Like the last few years, I’m pretty much stuck at home. Thankfully the Edinburgh Garden is getting better and better for watching birds, as I plant more and more wildlife friendly plants and gardening organically the soil has started to come to life after 40+ years of the previous owner using weedkillers and pesticides. As the garden gets more wildlife friendly, many birds are visiting, which now include a flock of Yellowhammers almost daily and Lesser Redpolls being at least weekly on top of the 50+ house sparrows that live in the garden.
01/01/2023 – Today has been one of the best starts of the year to the garden bird watch with 20 species. I did miss a few Gulls that were Fly Overs (FO) hopefully spot them in the near future.
2023 Garden bird watch for Edinburgh, Scotland, list:
Blackbird – Jan 1st
Blackcap – Jan 1st
Blue Tit – Jan 1st
Bullfinch – Feb 24th
Carrion Crow – Jan 1st
Chaffinch – Jan 1st
Chiffchaff – March 26th
Coal Tit – Jan 1st
Collared Dove – Jan 1st
Common Buzzard – Jan 2nd – FO
Dunnock – Jan 1st
Feral Pigeon – I prefer Street Pigeon – Jan 1st
Fieldfare – Jan 16th – snow on ground, flock of 50+
Great Tit – Jan 1st
Greenfinch – August 6th
Goldcrest – March 26th
Goldfinch – April 30th – the Goldfinch love the Dandelion seeds as do the sparrows. More on plants for Birds, Bees and Butterflies on here: Plants for attracting wildlife.
Herring Gull – Jan 5th
House Sparrow – Jan 1st – First Bird of the Year.
Jackdaw – Jan 1st
Kestrel – Feb 9th
Lesser Redpolls – Jan 1st
Long-tailed Tit – Jan 2nd
Magpie – Jan 1st
Mute Swan – Oct 14th – FO
Robin – Jan 1st
Song Thrush – Nov 25th
Sparrowhawk – Jan 11th
Starling – Jan 1st
Stock Dove – Jan 1st
Swift – July 7th
Tawny Owl – Feb 11th
Woodpigeon – Jan 1st
Wren – Jan 1st
Yellowhammer – Jan 1st – left end of January and started coming back 26/11/2023.
2023 Garden Bird Watch Year Total:
20 Species as of January 1st.
22 Species as of January 2nd.
23 Species as of January 5th.
24 Species as of January 11th.
25 Species as of January 16th.
26 Species as of February 9th.
27 Species as of February 11th.
28 Species as of February 24th.
30 Species as of March 26th.
31 Species as of April 30th.
32 Species as of July 7th.
33 Species as of August 6th.
34 Species as of October 14th.
35 Species as of November 25th.
Yellowhammer in Edinburgh Garden:
Since mid December 2022 the Yellowhammers have been a daily visitor, what’s the bet they don’t show during the RSPB Big Garden Birdwatch? They started out with 5 on the 18/12/22 and now have spotted as many as 8 Yellowhammers at one time. One of the better photos I’ve managed to capture so far:
RSPB Big Garden Birdwatch 2023:
As with every year I look forward to doing the big garden birdwatch. This year it runs from 27th to 29th of January, find out more on: Big Garden Birdwatch | The RSPB.
Between the hours of 11.30 and 13.00 on Saturday 28th of January 2023, the reason the count is listed over a period of 90 minutes: I did 30 minutes out the kitchen window, then went and sat at the back of the garden for 30 minutes to let the birds settle and then started counting again for another 30 minutes to total 1 hour of counting time.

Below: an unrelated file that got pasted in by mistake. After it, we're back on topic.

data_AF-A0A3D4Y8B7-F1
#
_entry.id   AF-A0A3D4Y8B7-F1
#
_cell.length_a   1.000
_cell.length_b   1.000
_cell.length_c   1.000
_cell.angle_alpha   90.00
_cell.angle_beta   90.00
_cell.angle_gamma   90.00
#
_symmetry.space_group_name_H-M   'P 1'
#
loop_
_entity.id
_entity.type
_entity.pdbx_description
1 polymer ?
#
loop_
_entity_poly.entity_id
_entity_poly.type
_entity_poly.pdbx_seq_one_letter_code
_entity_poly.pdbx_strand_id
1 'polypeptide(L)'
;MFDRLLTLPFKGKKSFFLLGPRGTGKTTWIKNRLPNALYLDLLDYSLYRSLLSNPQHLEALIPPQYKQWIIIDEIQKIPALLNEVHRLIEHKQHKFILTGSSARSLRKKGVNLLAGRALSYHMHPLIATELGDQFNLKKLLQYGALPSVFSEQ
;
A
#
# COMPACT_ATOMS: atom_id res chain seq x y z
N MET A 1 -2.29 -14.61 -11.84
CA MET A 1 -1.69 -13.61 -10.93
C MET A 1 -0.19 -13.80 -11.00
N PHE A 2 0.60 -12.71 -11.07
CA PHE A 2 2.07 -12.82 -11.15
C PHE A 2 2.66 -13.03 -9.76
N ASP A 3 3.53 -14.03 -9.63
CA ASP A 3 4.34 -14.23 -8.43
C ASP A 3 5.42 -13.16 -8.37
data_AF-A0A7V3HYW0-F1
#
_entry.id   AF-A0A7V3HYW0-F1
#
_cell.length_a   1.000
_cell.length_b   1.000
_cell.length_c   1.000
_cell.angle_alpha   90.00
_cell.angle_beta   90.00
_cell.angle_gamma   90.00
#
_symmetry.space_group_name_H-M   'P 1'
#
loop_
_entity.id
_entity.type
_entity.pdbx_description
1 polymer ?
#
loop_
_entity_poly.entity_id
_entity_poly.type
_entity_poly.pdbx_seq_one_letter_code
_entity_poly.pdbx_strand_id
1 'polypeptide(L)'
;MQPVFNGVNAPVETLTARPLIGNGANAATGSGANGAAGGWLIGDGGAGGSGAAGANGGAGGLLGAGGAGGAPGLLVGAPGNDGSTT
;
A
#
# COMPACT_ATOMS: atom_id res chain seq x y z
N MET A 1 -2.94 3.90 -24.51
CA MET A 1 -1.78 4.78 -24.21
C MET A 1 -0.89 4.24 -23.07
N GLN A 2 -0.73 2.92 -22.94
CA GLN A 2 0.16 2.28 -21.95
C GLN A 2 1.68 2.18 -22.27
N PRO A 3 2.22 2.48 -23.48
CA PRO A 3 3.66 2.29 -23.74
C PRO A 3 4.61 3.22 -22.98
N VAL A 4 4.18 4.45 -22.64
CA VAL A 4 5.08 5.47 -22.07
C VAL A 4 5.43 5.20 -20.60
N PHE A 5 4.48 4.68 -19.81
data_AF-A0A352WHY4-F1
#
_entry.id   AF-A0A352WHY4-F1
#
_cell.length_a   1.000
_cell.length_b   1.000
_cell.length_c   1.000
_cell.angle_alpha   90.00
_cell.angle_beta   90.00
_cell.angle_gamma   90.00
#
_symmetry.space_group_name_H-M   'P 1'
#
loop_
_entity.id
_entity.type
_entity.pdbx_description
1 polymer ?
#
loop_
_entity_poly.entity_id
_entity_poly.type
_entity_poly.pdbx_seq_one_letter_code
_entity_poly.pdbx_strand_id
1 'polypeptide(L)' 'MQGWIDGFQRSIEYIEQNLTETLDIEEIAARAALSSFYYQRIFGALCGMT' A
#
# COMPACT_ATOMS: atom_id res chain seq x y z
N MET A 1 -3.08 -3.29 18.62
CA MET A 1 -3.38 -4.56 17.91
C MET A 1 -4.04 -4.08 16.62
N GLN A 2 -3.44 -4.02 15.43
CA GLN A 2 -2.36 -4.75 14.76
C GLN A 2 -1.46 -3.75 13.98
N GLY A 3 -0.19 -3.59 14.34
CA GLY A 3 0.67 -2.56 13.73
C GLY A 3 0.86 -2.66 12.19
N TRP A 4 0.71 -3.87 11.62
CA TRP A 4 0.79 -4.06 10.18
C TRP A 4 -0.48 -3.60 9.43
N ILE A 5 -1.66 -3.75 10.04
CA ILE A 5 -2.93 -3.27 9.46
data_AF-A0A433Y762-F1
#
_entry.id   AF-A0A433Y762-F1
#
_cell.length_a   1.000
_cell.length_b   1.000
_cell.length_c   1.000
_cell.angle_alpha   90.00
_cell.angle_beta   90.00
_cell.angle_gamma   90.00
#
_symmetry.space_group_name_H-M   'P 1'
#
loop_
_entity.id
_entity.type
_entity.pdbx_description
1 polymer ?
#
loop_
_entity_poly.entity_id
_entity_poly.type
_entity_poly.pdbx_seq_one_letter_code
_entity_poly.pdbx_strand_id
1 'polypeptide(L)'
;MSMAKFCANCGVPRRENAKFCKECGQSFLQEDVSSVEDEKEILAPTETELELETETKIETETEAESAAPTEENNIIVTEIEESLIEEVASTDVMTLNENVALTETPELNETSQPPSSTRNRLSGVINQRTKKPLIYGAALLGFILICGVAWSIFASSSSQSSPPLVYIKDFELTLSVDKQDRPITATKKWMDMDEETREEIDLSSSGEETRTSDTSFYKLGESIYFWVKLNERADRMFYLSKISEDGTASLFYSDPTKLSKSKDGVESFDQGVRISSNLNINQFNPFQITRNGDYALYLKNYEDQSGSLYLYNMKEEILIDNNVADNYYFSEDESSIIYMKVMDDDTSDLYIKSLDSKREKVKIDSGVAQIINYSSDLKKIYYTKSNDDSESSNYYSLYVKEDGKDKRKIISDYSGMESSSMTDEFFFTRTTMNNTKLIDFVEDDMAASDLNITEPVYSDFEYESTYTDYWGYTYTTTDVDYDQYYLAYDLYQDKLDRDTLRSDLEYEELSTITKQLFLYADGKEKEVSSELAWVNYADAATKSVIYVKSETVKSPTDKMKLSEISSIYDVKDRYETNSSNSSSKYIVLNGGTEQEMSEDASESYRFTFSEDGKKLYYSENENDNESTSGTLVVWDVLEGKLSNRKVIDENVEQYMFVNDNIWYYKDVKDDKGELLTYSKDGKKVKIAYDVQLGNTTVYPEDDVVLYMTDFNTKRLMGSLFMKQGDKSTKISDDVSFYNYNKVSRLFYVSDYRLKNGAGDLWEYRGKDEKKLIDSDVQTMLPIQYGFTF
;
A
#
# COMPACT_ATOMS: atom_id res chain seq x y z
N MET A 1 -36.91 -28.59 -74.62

Blackbird – 5
Blackcap – 1
Blue Tit – 2
Carrion Crow – 5
Coal Tit – 2
Collared Dove – 1
Dunnock – 1
Feral Pigeon – 2
Great Tit – 1
Herring Gull – 1
House Sparrow – 50+ (couldn’t get an accurate count)
Jackdaw – 5
Magpie – 7
Robin – 3
Stock Dove – 4
Woodpigeon – 3
Wren – 1
Yellowhammer – 30
What a day! Total of 18 species and 120 birds, the most Yellowhammers I’ve seen in the garden, often getting 20+ most days now.
Welcome to 2022! Hopefully this year will be a great year for birds! Once again injury and recovery from operations including an operation of the heart are taking their toll.
The House Sparrows have really taken up home in the garden, as the garden is transformed from a place where pesticides and weed killers were used for 40+ years into an organic garden and hopefully wildlife wonderland, the number of insects and soil life has increased dramatically. I have been removing the showy plants that had no wildlife value and replacing with plants that benefit bees, butterflies and birds. There’s a list of plants I have put together over here: Plants to help bees, butterflies and birds.
Red Kite – July 10 – FO* – first time I’ve seen one, not common in Lothian region.
Redwing – December 22nd.
Robin – Jan 1st
Siskin – May 6th
Sparrowhawk – Jan 4th
Starling – April 14th
Swift – May 13th – FO
Woodpigeon – Jan 1st
Wren – Jan 1st
Yellowhammer – Feb 24th – This is the first Yellowhammer I’ve ever spotted in the garden; it was along the region we planted up called “the wildlife hedge”. December 18th – Also had a flock of yellowhammer in the garden, the weather has been bad, and they must have been able to find food in the garden easier.
* the Red Kite was flying amongst 100s of gulls and swifts as it was an ant day. I was shocked to see it and will admit, let out a yell “KITE” and pointed, such a stunning bird. A few friends have told me they are quite rare around Edinburgh and the Lothians. Sadly the sighting was short and didn’t have a chance to grab a camera. The Black-headed gulls never seem to land but the Lesser black-backed gull, Great black-backed gulls and herring gulls are regular visitors. The Lesser black-backed gulls are the most common in the garden and we have named one Steven Seagull.